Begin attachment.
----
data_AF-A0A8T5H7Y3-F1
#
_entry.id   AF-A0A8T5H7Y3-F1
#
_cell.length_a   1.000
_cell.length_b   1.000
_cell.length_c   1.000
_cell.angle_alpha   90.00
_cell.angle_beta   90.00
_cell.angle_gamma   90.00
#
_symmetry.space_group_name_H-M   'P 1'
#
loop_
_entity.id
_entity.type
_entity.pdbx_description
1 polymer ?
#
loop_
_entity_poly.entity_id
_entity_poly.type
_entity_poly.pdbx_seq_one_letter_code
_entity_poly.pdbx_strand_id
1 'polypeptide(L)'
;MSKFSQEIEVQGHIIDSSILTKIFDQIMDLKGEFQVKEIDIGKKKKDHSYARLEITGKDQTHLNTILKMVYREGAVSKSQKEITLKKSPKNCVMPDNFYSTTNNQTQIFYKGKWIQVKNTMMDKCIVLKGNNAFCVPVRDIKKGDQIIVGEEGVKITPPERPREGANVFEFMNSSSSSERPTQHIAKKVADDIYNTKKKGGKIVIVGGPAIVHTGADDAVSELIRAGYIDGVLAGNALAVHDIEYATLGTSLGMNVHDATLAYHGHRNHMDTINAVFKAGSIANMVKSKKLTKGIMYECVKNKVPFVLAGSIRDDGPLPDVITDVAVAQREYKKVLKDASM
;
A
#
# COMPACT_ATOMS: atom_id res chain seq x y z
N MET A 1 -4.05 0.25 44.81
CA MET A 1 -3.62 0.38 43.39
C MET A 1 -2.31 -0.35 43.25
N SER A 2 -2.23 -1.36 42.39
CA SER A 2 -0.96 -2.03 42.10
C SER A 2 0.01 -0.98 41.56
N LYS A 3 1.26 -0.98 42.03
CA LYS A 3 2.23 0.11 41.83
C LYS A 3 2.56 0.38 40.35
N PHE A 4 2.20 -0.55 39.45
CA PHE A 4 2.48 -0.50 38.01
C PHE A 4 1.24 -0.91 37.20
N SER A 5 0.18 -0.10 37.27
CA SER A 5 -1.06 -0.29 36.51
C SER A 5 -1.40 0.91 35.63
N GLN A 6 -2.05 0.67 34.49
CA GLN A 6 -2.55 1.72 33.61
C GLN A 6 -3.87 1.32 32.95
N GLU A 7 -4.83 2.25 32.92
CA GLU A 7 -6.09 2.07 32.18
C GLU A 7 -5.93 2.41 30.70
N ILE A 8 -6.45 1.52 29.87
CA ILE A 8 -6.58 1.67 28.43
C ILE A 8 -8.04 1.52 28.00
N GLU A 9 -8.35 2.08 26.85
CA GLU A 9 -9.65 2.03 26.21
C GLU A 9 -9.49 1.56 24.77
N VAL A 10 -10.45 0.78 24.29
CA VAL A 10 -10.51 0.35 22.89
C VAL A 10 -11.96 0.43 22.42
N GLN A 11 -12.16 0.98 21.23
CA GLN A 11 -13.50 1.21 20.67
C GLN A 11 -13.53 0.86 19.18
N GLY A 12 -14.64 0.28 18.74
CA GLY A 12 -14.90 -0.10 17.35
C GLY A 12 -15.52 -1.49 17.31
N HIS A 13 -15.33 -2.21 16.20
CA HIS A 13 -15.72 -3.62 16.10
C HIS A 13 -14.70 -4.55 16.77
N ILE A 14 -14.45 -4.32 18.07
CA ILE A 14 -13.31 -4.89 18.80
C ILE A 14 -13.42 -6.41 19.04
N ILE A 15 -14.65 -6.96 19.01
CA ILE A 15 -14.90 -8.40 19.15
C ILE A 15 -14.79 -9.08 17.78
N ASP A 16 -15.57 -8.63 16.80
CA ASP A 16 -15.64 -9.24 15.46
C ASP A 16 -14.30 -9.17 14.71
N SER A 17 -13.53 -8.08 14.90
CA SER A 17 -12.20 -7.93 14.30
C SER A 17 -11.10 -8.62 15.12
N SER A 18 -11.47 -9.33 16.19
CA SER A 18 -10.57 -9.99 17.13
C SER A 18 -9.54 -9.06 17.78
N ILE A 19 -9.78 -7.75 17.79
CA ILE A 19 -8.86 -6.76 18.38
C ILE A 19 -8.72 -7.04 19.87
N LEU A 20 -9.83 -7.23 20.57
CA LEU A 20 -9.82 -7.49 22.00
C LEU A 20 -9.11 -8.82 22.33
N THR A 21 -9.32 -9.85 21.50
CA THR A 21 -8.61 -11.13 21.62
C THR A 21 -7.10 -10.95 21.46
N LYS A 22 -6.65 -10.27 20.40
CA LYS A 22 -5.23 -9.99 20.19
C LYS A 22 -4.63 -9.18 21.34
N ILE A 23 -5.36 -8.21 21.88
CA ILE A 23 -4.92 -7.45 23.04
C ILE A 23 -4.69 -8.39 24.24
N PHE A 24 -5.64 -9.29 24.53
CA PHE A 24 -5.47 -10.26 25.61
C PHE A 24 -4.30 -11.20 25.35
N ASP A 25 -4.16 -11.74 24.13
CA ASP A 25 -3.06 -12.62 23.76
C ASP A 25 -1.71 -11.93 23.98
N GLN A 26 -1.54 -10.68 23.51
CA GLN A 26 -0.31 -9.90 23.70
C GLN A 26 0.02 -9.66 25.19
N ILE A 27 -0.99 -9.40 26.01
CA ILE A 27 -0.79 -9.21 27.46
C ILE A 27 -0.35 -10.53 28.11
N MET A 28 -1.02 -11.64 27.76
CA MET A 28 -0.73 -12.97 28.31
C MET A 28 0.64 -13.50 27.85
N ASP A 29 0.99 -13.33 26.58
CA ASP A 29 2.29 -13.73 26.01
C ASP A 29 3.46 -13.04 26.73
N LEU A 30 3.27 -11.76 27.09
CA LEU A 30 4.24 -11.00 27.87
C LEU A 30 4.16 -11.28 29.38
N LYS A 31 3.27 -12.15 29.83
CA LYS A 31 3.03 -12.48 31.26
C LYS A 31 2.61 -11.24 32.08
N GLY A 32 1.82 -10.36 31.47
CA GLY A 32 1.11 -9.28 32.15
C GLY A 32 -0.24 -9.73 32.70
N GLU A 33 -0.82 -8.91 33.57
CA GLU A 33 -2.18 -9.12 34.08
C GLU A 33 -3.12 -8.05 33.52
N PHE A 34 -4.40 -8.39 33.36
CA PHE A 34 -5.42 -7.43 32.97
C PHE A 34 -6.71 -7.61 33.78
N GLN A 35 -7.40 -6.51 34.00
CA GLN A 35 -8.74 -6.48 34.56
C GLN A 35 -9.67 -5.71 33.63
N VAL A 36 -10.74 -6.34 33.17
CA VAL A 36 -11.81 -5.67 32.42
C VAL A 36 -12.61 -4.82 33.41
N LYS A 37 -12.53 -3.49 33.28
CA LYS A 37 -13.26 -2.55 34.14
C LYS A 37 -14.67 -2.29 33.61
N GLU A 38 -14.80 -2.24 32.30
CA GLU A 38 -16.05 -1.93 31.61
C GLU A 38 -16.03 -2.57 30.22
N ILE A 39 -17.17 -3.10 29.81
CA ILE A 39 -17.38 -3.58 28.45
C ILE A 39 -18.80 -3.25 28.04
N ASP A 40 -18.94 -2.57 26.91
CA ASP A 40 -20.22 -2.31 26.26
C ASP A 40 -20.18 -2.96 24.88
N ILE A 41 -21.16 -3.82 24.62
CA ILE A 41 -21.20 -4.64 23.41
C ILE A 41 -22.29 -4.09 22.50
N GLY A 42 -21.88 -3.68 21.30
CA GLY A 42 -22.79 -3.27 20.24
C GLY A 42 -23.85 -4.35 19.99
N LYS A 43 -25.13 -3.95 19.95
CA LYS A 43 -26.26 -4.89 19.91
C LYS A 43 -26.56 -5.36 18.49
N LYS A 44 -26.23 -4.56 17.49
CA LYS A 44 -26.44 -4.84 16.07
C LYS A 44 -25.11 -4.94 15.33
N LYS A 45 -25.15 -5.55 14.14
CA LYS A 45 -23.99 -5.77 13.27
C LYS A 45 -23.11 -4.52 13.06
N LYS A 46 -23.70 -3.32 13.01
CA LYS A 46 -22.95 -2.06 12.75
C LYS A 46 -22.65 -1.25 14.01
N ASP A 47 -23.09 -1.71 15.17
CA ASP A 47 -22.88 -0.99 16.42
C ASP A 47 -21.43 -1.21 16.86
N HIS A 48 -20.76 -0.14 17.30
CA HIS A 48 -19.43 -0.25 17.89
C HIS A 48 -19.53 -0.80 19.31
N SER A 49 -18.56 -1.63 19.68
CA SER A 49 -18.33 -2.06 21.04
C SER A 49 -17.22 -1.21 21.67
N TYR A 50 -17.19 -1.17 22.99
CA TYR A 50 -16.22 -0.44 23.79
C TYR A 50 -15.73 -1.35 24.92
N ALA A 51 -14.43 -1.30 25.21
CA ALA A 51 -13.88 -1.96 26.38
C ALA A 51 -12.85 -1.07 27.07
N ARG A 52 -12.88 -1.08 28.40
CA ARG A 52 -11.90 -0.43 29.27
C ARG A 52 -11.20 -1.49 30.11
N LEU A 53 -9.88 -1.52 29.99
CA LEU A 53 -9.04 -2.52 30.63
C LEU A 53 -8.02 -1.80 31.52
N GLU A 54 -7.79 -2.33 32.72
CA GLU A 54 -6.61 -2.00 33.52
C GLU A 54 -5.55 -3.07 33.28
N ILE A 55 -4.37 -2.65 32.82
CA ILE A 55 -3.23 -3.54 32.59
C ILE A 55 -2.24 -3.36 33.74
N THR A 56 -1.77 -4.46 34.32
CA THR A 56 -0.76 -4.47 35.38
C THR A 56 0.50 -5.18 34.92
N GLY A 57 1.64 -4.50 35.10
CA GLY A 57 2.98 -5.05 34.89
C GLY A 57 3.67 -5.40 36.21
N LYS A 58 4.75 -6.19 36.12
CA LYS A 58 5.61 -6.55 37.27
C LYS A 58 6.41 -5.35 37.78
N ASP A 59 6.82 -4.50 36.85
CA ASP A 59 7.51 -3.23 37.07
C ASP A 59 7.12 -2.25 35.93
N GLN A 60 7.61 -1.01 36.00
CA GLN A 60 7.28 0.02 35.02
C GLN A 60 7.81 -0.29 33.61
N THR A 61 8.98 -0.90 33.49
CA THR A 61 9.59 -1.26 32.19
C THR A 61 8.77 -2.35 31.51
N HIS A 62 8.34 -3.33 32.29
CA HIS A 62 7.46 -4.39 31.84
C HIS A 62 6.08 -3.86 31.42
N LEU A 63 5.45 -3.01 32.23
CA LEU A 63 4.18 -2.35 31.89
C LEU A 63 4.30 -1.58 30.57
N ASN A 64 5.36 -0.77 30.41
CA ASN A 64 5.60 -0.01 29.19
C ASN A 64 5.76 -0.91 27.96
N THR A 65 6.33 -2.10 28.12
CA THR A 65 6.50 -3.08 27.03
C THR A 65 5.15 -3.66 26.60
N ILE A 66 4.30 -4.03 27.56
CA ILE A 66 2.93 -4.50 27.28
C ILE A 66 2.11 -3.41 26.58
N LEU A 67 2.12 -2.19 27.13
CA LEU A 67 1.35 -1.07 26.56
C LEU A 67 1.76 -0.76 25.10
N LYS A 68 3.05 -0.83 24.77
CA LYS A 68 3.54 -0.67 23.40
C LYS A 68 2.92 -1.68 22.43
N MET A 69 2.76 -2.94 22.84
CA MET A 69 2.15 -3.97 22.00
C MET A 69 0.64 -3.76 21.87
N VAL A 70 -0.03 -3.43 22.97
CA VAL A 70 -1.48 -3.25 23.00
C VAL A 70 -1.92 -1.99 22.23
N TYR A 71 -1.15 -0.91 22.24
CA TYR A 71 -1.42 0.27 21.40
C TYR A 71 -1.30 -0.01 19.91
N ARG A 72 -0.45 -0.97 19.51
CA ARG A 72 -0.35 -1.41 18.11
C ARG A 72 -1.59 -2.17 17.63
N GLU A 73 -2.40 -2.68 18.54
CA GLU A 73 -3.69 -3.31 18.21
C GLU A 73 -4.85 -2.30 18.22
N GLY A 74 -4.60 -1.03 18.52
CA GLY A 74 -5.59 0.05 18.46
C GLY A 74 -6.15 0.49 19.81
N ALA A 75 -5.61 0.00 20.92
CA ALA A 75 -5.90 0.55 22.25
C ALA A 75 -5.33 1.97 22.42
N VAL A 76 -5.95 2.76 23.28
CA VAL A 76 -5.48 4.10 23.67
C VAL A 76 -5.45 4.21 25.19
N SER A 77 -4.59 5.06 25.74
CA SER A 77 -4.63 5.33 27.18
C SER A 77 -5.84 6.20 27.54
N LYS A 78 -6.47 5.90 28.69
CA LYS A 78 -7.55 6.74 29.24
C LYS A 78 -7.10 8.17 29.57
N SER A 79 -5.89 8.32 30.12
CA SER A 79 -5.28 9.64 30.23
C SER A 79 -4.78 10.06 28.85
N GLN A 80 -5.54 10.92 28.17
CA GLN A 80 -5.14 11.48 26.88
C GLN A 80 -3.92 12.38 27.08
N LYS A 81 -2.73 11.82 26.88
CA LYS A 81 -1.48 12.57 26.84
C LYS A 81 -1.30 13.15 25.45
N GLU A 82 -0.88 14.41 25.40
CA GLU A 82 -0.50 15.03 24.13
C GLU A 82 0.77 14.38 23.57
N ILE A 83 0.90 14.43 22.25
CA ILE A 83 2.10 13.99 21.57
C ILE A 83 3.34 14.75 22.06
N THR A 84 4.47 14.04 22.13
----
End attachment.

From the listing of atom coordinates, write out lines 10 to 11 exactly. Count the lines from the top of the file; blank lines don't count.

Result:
_cell.angle_gamma   90.00
#